According to UCLA climate scientist Daniel Swain, Northern California could see extremely dry conditions — "with zero rain or snow in most spots" — well into the middle of February, a dry spell that will probably be observed throughout California and elsewhere along the West Coast.

The local meteorologists had high hopes that the remainder of this month and early February would see this winter's record-breaking rainfall continue, even though it was largely absent over the past few weeks. This week was supposed to be a wet one; it wasn't. This coming week, too, had the promise of bringing with it much-needed precipitation; that probably won't happen, either.

And according to one SoCal-based climate scientist, the Bay Area, as well as most of Northern California, won't see much — if any — rain or snow for at least the first half of February.

"Unfortunately, there's just no hint of any meaningful precipitation on the horizon for California over the next 2+ weeks, now heading into mid-February," reads the first tweet in a series of two from Swain. "This northeastern Pacific ridge sure is starting to look awfully resilient on 6+ week timescale."

According to the Bay Area chapter of the National Weather Service (NWS), SF has recorded less than an inch of rain in January — a dismal amount when compared to December's deluge that saw atmospheric rivers and cyclone remnants drop over 15 inches of rain in the city. Last month, in fact, culminated into one of the wettest water years — the calendar span between October 1st to December 26th — since 1983.

It was enough rain to even pull the Bay Area out of D3 and D4 drought conditions. The entire region, however, is still experiencing "(D2) Severe Drought conditions," per the U.S. Drought Monitor’s current map.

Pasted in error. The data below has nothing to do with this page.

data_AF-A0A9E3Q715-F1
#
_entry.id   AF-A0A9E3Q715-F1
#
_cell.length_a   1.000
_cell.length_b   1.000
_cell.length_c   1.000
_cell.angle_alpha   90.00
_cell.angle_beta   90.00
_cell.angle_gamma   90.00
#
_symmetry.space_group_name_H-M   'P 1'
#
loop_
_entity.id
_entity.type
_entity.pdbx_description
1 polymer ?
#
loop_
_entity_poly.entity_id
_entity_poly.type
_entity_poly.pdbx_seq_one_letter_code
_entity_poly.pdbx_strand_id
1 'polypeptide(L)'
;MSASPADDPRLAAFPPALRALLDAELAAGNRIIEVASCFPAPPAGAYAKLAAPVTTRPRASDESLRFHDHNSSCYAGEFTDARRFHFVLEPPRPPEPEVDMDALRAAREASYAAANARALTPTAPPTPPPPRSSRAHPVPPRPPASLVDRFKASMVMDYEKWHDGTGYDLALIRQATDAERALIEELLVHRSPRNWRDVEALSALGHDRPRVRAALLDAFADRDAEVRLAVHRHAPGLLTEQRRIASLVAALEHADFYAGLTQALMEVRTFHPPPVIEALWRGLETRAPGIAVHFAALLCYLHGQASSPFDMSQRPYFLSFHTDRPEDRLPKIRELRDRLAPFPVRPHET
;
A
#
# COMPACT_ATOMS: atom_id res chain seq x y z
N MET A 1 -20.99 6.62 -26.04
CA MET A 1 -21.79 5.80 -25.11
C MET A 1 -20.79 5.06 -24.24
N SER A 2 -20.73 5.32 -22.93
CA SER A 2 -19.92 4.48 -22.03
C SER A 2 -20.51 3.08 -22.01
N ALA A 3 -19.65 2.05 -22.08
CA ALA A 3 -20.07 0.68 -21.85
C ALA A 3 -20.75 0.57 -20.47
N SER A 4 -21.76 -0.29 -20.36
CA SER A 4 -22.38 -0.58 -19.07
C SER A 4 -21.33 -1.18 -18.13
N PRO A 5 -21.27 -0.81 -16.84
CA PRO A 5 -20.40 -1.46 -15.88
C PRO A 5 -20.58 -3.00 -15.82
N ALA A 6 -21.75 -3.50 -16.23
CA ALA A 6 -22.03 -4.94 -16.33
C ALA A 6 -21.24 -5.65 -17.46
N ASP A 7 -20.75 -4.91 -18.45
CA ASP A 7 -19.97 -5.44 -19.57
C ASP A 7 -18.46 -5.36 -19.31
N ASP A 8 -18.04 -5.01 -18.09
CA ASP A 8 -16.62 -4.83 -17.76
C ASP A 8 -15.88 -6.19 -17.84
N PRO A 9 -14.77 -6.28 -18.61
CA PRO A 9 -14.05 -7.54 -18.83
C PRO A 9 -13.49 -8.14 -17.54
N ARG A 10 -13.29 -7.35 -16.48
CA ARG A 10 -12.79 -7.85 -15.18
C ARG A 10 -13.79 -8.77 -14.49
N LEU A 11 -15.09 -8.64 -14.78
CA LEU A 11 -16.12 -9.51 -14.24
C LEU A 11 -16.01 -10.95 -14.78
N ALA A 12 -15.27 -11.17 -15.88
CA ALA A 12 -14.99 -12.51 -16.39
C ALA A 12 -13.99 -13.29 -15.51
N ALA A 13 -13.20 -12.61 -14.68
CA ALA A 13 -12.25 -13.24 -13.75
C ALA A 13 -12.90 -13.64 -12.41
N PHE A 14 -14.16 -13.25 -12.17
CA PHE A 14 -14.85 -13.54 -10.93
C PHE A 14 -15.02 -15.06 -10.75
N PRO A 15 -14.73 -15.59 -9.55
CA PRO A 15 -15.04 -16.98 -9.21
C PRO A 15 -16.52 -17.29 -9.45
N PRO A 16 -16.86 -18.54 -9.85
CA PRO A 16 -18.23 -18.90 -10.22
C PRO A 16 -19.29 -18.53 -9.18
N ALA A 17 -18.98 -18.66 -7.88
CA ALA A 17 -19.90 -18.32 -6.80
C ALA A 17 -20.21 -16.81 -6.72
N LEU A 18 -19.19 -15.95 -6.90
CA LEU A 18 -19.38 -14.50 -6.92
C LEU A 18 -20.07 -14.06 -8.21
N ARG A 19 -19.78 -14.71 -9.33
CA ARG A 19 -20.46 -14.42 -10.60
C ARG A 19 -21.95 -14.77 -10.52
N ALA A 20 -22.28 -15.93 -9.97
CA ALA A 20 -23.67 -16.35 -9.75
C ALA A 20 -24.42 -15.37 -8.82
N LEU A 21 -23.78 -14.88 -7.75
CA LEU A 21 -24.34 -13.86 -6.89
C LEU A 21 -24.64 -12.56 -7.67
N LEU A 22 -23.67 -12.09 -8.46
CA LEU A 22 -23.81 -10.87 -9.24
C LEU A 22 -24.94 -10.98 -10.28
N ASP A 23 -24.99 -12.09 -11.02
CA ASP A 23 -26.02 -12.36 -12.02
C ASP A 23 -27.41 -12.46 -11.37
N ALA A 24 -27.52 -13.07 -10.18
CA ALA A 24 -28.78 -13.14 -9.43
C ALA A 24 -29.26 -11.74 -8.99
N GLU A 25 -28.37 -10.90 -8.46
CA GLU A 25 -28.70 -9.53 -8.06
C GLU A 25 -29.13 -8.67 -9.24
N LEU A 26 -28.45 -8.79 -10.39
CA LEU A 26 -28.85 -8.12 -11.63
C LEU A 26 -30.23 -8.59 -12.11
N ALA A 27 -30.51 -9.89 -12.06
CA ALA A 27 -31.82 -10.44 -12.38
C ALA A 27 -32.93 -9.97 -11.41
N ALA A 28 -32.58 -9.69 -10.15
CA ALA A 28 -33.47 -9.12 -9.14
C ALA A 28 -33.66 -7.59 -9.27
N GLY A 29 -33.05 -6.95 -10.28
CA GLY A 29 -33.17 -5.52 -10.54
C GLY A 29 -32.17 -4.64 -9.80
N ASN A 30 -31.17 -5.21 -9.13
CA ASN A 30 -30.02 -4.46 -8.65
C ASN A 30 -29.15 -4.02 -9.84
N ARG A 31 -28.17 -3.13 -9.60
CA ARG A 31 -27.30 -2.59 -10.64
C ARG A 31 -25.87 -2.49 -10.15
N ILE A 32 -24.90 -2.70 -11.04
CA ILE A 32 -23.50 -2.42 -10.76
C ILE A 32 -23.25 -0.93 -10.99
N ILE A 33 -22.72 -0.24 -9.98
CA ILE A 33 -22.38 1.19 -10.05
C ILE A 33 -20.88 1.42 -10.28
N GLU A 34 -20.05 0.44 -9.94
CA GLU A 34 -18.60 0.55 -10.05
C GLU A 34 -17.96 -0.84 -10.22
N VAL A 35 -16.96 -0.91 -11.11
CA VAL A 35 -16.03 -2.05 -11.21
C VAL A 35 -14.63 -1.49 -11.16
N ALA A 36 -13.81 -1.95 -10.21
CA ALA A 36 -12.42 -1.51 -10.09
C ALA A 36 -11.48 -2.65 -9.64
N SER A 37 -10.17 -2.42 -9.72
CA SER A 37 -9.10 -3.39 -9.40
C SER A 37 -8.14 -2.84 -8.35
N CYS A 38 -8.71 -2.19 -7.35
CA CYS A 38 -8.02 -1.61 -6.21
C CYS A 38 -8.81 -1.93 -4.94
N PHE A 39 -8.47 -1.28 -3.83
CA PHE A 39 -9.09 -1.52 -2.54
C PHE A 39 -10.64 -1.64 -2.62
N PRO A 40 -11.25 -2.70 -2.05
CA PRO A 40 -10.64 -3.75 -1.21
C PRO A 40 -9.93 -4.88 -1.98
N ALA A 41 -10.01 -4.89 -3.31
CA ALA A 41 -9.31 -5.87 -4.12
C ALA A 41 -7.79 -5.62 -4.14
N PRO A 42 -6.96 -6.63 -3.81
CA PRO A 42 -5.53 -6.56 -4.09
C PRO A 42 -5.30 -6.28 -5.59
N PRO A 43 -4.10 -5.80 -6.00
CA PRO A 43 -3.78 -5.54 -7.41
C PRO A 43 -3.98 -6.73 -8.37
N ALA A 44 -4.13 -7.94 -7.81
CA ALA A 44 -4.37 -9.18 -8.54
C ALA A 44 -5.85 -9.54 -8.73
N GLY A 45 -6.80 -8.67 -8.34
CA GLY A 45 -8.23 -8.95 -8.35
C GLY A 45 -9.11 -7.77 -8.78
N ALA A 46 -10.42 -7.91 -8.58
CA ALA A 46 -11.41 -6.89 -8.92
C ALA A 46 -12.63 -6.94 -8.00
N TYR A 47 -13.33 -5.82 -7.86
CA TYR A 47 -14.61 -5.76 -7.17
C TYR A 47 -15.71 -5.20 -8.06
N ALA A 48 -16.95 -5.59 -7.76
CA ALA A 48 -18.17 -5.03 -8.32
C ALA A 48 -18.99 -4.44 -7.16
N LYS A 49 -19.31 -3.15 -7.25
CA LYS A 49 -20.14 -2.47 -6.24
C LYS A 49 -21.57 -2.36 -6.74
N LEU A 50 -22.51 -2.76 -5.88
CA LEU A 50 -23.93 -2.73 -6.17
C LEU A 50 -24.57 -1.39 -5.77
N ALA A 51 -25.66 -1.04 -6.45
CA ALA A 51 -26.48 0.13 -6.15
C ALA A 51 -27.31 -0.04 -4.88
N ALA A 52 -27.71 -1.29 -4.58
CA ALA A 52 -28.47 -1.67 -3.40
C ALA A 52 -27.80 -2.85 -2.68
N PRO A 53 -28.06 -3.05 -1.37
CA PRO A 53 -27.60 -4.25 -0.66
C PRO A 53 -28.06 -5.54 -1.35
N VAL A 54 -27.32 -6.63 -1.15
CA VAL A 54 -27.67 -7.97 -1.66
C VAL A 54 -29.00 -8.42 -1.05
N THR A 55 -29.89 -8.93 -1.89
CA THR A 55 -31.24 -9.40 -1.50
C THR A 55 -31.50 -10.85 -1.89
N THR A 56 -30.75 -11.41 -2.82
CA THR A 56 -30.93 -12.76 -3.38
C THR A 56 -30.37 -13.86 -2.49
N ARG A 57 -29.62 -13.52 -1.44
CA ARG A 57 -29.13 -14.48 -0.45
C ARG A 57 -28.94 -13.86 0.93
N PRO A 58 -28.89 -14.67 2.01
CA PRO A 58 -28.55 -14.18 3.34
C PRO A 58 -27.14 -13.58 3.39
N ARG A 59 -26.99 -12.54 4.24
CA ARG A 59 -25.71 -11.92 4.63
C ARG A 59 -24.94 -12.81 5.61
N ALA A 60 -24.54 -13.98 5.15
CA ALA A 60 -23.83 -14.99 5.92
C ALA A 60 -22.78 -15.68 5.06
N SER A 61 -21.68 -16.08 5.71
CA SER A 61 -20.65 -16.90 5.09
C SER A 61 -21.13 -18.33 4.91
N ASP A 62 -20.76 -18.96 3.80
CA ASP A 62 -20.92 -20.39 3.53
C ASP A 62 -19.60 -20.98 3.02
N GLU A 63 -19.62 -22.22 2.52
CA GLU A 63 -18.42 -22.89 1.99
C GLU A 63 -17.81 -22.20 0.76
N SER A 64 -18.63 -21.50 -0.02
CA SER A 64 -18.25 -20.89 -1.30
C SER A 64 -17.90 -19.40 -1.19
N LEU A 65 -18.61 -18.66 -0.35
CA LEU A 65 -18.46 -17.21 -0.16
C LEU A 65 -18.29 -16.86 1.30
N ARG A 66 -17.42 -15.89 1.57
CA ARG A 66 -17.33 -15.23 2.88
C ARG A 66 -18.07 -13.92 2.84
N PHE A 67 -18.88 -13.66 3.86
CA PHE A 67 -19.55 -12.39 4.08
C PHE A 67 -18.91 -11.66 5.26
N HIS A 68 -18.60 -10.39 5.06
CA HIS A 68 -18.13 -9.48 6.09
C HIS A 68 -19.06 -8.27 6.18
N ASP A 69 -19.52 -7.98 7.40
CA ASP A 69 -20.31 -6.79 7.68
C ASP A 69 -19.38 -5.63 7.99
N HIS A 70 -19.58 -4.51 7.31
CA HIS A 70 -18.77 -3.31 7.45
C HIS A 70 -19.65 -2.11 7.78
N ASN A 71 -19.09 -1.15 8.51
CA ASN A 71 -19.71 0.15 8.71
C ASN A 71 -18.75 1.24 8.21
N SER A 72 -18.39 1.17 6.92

But with off-shore wind events and other atmospheric anomalies forecasted, NWS's Global Forecast System (GFS) is showing that spell of history-making rainfall coming to an abrupt stop. Worse off, this might set Northern California up for a year marked with very little rain. The fact that this January will also inevitably pass as one of the driest ever recorded for various Bay Area cities (like San Jose and San Francisco) stands as more evidence of what's foreshadowed to come.

"Extremely dry conditions—with zero rain or snow in most spots—are likely to continue across all of California and indeed much of the West into mid-February," Swain continued in his Twitter thread. "Temperatures will also warm to above-average levels, increasing mid-winter snowmelt in mountains."

Suffice to say now might be a good time to adopt water conservation practices as we enter 2022 with no rain or snow or any drought relief expected in the near future.

Related: Nevermind About That Rain Next Week

Photo: Getty Images/Sundry Photography